Young, handsome and fabulously rich, Jay Gatsby is the bright star of the Jazz Age, but as writer Nick Carraway is drawn into the decadent orbit of his Long Island mansion, where the party never seems to end, he finds himself faced by the mystery of Gatsby's origins and desires.
In The Great Gatsby, Fitzgerald brilliantly captures both the disillusion of post-war America and the moral failure of a society obsessed with wealth and status. But he does more than render the essence of a particular time and place, for in chronicling Gatsby's tragic pursuit of his dream, Fitzgerald recreates the universal conflict between illusion and reality. 'A classic, perhaps the supreme American novel.' John Carey, Sunday Times, Books of the Century
F. Scott Fitzgerald was born in 1896 in St Paul, Minnesota, and went to Princeton University, which he left in 1917 to join the army. He was said to have epitomized the Jazz Age, which he himself defined as 'a generation grown up to find all Gods dead, all wars fought, all faiths in man shaken'. In 1920 he married Zelda Sayre. Their traumatic marriage and her subsequent breakdowns became the leading influence on his writing. Among his publications were five novels, This Side of Paradise, The Great Gatsby, The Beautiful and the Damned, Tender is the Night and The Last Tycoon (his last and unfinished work); six volumes of short stories and The Crack Up, a selection of autobiographical pieces.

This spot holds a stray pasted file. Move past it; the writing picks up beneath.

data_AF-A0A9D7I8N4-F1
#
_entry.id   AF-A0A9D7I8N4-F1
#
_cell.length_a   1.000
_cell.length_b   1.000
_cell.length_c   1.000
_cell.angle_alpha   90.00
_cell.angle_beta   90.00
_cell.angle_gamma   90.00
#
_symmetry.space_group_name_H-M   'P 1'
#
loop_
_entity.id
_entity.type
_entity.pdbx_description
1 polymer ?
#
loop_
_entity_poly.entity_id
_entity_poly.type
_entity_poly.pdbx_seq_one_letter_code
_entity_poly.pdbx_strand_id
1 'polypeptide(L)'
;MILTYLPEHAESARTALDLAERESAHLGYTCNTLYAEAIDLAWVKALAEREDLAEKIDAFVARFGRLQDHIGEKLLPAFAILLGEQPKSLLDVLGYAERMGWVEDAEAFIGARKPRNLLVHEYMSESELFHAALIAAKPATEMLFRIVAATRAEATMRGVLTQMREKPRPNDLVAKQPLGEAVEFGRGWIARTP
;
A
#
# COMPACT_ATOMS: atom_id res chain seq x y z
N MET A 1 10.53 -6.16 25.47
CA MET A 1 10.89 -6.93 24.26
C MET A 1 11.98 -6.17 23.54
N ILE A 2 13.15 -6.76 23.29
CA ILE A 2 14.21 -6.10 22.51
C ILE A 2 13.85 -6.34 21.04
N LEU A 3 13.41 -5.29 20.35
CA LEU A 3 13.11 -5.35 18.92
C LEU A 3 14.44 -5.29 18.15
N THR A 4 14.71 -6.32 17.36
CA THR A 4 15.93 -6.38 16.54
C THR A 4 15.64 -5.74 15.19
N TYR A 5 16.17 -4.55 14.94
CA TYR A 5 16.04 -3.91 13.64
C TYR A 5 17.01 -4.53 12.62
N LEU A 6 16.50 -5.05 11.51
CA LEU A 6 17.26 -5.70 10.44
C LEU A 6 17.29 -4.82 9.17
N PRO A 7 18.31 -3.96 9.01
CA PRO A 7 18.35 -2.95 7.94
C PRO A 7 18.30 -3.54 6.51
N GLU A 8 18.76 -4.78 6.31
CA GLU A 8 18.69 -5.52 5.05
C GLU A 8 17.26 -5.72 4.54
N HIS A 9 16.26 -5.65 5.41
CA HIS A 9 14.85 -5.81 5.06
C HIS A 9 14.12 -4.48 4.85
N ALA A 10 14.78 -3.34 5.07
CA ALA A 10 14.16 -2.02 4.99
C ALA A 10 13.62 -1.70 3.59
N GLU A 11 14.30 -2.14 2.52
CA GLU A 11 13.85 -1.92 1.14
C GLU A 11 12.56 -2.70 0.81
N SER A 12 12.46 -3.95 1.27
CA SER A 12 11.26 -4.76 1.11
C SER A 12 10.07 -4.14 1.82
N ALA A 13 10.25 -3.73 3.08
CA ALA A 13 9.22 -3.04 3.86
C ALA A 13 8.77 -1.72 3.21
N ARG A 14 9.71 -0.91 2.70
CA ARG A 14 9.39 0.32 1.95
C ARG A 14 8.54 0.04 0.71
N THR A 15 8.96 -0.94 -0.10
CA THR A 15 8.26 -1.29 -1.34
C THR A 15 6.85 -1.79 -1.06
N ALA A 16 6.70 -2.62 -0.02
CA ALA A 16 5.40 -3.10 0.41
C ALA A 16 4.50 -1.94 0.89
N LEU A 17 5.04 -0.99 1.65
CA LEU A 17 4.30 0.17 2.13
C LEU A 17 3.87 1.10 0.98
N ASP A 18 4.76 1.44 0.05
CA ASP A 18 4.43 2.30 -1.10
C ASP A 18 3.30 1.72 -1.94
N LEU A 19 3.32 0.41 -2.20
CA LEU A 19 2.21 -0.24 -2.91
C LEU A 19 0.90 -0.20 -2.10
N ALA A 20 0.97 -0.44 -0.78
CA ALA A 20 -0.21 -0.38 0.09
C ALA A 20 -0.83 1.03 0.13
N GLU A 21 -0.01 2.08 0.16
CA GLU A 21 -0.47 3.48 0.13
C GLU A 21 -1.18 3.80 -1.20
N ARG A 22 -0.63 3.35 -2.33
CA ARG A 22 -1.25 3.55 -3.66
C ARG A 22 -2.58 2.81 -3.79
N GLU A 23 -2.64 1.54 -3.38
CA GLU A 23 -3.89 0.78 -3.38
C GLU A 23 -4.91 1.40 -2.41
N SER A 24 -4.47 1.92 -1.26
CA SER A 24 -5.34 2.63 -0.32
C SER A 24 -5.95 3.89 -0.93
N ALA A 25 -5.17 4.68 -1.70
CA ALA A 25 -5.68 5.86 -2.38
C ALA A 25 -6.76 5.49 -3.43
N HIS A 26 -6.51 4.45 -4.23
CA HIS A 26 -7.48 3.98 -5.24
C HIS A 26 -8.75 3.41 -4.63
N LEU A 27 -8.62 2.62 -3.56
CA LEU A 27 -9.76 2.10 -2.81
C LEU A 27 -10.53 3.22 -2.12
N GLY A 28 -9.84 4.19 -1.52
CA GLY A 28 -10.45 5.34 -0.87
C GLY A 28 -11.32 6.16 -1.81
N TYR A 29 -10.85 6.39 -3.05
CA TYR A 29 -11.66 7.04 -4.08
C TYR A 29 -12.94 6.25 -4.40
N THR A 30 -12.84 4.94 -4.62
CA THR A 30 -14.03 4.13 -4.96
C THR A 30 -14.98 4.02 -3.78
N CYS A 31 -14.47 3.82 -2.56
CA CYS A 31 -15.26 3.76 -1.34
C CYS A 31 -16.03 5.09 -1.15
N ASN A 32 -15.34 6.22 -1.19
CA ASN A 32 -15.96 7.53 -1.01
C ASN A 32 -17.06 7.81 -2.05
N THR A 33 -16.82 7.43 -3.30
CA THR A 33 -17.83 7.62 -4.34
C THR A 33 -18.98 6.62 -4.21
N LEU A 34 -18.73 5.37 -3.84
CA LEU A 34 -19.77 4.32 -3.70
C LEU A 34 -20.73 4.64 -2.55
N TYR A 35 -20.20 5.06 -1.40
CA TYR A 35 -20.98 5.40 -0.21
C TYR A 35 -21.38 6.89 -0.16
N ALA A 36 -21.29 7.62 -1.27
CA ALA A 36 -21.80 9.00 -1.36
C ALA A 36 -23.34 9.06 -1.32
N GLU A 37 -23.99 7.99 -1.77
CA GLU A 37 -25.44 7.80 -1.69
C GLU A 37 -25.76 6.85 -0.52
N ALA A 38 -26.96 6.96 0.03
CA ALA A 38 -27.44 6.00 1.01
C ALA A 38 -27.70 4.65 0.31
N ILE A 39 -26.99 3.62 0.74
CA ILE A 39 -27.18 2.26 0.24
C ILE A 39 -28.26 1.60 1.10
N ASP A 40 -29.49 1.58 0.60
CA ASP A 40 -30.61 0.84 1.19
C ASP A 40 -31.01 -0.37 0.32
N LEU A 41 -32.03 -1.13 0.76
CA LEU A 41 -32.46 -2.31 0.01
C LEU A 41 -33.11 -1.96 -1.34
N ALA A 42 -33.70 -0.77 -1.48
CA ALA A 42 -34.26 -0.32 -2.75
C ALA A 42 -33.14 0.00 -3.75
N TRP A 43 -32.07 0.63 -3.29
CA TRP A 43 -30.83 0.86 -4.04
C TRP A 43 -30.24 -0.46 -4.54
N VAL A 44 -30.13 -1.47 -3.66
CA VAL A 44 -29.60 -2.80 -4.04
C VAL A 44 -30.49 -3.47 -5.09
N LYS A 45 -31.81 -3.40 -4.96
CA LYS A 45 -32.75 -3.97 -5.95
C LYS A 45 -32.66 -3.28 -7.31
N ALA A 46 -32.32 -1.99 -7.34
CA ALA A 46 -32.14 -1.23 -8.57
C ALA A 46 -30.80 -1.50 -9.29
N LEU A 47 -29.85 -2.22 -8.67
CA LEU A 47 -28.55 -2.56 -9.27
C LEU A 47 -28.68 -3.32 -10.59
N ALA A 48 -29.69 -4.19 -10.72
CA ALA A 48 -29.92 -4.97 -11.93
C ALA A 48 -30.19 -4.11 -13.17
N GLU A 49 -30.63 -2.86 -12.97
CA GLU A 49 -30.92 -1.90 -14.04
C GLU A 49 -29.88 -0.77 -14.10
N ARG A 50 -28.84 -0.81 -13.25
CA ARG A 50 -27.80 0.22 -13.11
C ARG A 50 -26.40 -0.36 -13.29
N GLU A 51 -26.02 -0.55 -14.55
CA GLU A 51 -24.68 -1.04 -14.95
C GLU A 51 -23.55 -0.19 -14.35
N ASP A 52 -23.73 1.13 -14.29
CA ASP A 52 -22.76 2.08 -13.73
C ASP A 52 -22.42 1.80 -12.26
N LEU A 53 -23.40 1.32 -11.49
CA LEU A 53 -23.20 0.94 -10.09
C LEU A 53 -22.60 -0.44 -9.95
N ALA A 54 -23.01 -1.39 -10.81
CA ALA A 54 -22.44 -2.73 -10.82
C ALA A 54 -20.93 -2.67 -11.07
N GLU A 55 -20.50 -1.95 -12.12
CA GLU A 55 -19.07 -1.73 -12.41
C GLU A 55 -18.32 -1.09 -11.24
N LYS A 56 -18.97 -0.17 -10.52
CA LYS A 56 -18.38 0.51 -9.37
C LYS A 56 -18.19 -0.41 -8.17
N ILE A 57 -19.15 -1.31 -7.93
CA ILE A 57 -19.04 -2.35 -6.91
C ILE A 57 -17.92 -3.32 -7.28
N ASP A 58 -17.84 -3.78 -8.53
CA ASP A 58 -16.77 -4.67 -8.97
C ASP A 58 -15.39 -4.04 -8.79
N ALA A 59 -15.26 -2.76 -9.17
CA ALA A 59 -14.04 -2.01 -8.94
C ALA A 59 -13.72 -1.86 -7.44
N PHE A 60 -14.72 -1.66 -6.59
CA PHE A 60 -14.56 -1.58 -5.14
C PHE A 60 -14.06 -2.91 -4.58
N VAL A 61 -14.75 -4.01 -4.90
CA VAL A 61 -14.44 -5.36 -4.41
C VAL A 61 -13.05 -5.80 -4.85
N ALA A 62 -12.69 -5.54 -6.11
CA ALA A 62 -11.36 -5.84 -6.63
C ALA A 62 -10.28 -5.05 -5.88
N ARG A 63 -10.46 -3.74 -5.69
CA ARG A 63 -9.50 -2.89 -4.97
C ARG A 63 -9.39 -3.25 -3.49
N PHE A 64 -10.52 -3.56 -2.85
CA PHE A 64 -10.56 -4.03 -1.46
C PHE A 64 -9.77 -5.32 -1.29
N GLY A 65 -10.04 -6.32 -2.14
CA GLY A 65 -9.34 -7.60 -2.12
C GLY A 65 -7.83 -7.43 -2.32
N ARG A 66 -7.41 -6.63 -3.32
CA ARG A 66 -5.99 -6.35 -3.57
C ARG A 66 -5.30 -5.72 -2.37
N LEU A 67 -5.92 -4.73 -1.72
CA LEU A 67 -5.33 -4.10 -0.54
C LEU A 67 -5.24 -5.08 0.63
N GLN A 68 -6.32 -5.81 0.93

Fitzgerald died suddenly in 1940. After his death The New York Times said of him that 'He was better than he knew, for in fact and in the literary sense he invented a 'generation'. . . he might have interpreted and even guided them, as in their midle years they saw a different and nobler freedom threatened with destruction.'
One of the French novelists, I can never remember accurately whether it was Maurois or Mauriac, said that 'the door slams shut on a writer before the age of 12' - meaning that all his raw material has been formed by then. It feels a bit early but I know what he meant. Likewise, perhaps all the influential books are those encountered in one's formative years. Fitzgerald had many faults - unpursued ideas, incomplete themes - but in Gatsby he created a sleek monster, a metaphor for that society of the rich dangerous to the heart even when passive Review by Frank Delaney, whose books include 'The Sins of the Mothers' (Kirkus UK)
Runner-up for The BBC Big Read Top 100 2003
Short-listed for BBC Big Read Top 100 2003
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